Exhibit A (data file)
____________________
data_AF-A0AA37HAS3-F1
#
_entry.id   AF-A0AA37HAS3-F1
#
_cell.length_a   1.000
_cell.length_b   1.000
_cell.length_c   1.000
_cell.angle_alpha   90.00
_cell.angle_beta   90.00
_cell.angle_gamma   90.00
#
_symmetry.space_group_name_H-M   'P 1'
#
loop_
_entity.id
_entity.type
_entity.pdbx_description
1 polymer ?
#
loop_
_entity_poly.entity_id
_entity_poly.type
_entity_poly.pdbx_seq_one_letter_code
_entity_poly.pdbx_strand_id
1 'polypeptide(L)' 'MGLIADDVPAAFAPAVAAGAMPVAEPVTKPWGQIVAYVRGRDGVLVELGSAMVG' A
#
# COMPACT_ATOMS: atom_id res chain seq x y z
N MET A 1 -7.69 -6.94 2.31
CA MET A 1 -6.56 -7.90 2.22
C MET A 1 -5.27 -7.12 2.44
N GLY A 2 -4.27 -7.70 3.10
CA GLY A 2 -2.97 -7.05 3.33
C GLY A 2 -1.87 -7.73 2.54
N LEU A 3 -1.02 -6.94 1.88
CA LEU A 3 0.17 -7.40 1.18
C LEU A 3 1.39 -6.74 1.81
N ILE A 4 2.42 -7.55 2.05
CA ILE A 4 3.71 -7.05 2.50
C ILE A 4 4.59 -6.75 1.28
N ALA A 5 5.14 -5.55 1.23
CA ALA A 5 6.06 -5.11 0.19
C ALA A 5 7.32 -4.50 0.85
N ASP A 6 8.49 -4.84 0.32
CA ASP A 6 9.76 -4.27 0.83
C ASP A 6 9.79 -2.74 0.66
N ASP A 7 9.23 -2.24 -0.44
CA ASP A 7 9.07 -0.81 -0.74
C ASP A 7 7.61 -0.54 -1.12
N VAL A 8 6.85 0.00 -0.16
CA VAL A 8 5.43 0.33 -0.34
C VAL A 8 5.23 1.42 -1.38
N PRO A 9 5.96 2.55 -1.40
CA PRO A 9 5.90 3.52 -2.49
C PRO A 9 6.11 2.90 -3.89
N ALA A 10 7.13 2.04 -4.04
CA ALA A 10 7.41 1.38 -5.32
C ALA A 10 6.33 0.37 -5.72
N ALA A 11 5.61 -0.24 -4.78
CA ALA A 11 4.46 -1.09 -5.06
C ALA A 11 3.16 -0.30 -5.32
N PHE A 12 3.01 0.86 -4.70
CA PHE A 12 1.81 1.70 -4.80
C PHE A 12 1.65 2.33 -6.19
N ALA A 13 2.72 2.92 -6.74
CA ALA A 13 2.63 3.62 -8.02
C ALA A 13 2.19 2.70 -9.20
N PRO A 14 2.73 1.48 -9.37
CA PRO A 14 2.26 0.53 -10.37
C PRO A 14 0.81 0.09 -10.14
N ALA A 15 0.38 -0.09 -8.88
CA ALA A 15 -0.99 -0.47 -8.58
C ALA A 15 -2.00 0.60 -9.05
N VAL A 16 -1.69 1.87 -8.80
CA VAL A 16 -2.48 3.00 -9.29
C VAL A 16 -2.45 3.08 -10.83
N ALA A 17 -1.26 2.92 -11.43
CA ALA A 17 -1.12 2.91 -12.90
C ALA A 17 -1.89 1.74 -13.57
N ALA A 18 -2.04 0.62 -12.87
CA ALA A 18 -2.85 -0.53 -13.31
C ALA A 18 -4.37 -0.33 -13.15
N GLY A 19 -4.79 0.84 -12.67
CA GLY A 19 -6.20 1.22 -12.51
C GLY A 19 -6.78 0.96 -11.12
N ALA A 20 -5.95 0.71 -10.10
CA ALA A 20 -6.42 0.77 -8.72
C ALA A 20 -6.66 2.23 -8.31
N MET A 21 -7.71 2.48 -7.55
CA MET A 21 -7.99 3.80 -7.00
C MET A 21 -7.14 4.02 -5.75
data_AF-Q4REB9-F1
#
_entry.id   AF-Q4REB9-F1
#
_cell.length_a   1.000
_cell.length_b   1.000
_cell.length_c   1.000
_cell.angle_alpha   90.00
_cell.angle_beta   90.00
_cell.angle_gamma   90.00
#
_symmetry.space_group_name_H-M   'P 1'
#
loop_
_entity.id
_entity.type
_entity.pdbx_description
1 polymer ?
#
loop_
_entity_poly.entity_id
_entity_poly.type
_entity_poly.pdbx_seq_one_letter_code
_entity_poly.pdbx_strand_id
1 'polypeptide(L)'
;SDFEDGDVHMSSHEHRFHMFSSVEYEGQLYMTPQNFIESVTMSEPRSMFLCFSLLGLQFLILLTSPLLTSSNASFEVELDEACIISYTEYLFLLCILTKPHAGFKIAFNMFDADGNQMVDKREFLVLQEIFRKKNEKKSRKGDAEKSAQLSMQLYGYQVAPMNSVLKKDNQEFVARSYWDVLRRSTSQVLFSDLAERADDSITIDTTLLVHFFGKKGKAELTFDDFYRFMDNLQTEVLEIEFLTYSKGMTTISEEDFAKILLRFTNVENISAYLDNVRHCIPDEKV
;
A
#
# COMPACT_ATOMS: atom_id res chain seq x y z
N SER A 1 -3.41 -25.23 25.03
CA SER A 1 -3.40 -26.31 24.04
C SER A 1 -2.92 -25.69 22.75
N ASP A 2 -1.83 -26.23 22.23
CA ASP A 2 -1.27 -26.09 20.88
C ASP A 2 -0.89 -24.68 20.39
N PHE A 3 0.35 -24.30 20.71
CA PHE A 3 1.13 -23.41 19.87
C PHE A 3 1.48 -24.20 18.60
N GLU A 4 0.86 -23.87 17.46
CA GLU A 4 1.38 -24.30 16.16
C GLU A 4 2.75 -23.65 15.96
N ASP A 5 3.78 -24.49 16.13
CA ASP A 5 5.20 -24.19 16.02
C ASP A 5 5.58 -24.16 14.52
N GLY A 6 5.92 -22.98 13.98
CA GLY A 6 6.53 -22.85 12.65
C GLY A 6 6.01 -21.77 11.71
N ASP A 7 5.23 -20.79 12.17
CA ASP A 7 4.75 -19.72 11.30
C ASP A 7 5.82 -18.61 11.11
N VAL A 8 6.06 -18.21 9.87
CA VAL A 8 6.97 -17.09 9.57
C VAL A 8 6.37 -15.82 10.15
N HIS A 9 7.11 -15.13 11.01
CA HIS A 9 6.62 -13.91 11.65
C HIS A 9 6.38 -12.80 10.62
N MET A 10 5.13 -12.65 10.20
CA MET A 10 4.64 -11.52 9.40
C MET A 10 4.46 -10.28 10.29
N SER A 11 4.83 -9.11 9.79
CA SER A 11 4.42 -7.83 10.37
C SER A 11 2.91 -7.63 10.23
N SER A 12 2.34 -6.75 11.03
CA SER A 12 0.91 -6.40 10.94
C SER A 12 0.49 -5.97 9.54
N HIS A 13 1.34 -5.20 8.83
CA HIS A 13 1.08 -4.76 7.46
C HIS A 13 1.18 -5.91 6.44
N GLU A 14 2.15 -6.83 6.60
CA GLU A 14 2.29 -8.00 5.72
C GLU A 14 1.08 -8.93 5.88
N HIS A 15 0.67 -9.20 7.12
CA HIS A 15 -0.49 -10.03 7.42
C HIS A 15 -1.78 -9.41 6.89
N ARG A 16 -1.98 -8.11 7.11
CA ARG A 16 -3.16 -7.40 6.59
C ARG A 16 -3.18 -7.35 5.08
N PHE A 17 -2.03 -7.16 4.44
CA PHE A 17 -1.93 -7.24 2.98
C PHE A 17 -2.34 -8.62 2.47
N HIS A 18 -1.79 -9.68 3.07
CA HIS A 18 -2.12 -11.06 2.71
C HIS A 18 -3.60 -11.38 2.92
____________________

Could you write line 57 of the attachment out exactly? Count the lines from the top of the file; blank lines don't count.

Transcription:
C ALA A 10 6.33 0.37 -5.72